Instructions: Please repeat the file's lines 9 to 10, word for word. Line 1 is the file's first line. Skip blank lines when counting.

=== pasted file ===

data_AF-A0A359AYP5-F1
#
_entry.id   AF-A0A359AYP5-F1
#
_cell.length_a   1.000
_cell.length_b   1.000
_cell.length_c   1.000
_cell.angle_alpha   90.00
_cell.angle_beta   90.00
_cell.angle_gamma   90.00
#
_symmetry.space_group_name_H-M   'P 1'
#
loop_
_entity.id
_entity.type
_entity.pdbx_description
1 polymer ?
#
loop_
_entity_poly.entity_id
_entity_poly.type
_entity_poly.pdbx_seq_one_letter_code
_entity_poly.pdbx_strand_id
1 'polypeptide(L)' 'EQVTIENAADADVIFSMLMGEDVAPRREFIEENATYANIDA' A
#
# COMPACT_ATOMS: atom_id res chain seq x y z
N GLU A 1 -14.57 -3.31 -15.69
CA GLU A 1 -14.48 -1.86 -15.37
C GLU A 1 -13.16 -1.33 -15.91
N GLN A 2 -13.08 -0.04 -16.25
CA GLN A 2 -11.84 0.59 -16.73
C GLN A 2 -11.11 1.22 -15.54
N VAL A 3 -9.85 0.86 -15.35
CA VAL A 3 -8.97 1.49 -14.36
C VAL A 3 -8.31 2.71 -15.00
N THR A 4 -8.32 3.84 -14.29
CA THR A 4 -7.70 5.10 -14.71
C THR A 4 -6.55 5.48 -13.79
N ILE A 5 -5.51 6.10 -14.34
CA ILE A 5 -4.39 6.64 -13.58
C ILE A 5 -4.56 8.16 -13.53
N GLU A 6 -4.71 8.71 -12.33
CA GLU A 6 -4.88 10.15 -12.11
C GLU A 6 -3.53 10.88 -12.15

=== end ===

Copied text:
_cell.angle_beta   90.00
_cell.angle_gamma   90.00